Yellow Fever is a viral infection caused by RNA viruses belonging to the Flavivirus genus. It is a zoonosis – an animal disease that can spread to humans – primarily transmitted by daytime biting Aedes Aegypti female mosquitoes, but also by mosquitoes belonging to the Haemagogus genus.
In the sylvatic cycle, Yellow Fever is transmitted by mosquitoes that bite infected monkeys passing the infection to humans living in or visiting jungle areas. Yellow Fever is endemic in the sylvatic setting in sub-Saharan Africa and the tropical regions of South America. In the intermediate or savannah cycle, the infection is transmitted to humans via mosquitoes that bite infected monkeys or other humans living or working in jungle border areas in Africa. In the urban cycle, infected mosquitoes transmit Yellow Fever from person to person that can cause large outbreaks in cities and suburbs. Yellow Fever outbreaks occur periodically in Africa and have occurred sporadically in South America.
Travellers are at risk when going to endemic areas of Africa and South America.
Most infections are asymptomatic – persons do not exhibit symptoms. Those with symptoms get ill between 3 to 6 days after exposure to the virus. The infection is characterized by flu-like symptoms, including sudden fever, headache, muscle pain, backache, nausea, and vomiting. Most people will recover from this illness but about 15% will develop severe symptoms within 48 hours, including vomiting, jaundice, bleeding, shock, and multiple organ failure. Treatment includes supportive care of symptoms, but the use of aspirin and non-steroidal anti-inflammatory drugs (NSAIDs) must be avoided since they increase the risk of bleeding.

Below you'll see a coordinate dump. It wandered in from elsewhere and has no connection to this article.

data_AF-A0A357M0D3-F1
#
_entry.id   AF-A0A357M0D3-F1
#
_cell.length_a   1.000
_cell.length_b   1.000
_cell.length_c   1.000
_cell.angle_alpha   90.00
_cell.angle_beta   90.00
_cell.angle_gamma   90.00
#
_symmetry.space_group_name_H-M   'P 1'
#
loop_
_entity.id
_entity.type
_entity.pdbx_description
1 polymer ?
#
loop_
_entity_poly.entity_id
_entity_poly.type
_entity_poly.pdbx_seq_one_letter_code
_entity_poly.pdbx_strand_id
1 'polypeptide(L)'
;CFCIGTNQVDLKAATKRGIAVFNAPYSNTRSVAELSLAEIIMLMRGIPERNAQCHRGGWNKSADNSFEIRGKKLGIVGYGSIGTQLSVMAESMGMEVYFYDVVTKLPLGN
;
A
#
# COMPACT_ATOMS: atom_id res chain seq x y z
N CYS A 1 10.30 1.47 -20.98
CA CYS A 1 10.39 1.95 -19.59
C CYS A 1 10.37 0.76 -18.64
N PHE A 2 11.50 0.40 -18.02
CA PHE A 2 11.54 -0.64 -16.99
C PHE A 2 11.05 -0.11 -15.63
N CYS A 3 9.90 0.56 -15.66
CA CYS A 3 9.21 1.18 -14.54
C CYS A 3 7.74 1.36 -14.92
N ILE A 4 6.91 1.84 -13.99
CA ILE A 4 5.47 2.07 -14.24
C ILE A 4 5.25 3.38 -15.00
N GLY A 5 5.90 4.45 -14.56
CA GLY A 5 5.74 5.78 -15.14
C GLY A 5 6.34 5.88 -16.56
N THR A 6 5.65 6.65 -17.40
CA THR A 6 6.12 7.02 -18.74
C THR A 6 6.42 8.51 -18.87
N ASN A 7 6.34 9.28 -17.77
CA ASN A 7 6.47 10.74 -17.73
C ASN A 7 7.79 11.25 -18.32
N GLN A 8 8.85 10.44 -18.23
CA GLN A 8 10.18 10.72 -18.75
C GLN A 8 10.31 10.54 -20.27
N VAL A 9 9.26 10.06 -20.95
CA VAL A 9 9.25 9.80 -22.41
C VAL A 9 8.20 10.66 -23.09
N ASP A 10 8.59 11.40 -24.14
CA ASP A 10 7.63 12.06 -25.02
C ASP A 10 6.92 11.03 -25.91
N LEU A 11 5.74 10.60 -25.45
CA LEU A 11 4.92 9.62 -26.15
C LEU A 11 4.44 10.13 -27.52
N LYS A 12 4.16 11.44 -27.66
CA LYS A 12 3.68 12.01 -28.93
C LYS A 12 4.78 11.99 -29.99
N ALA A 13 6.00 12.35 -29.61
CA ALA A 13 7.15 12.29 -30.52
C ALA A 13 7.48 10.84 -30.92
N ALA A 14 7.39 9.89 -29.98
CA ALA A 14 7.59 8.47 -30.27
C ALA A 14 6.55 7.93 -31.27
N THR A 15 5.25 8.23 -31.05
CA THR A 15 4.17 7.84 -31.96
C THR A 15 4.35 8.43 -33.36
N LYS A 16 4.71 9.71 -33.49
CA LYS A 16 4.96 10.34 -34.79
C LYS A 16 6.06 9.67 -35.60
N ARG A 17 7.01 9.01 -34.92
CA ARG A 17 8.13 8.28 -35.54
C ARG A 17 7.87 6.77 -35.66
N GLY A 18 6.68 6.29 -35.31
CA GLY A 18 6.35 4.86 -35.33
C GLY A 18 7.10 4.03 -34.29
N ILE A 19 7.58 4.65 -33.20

Yellow Fever is a vaccine preventable disease. Vaccination is recommended for persons over 9 months of age travelling to or living in endemic areas. The vaccine affords long term protection.
Note that some countries require proof of Yellow Fever vaccination for entry (see list below). The World Health Organization announced that as of 11 July 2016, existing and new Yellow Fever vaccination certificates are valid for life starting 10 days after vaccination. Countries can no longer require travellers to show proof of re-vaccination or a booster dose as a condition of entry. Travellers should note that this new regulation may not be honoured by all border authorities during the transition phase.
Vaccination precautions: If travel to an endemic area cannot be delayed or avoided, the following travellers should get vaccinated depending on a risk assessment of Yellow Fever infection at their destination and a country's entry requirement: Children between the ages of 6 to 8 months, persons over 60 years, those with asymptomatic HIV, pregnant or breastfeeding women.
Vaccination contraindications: Children under 6 months of age, persons with immune deficiencies or on immunosuppressive or immunomodulatory therapies, persons with allergies to egg proteins, thymus disorders, malignant neoplasms, transplant recipients, and persons with symptomatic HIV infection should not get the Yellow Fever vaccine. If vaccination is contraindicated for medical reasons an exemption letter or waiver should be issued to the traveller. However, acceptance of such a letter is at the discretion of the destination country, and entry might be denied.
If going to low risk Yellow Fever areas, travellers should take meticulous measures to prevent mosquito bites during the daytime.
Yellow Fever virus images, life cycle, and distribution maps
Health risk description last reviewed: November 9, 2016
Country information last updated: May 15, 2017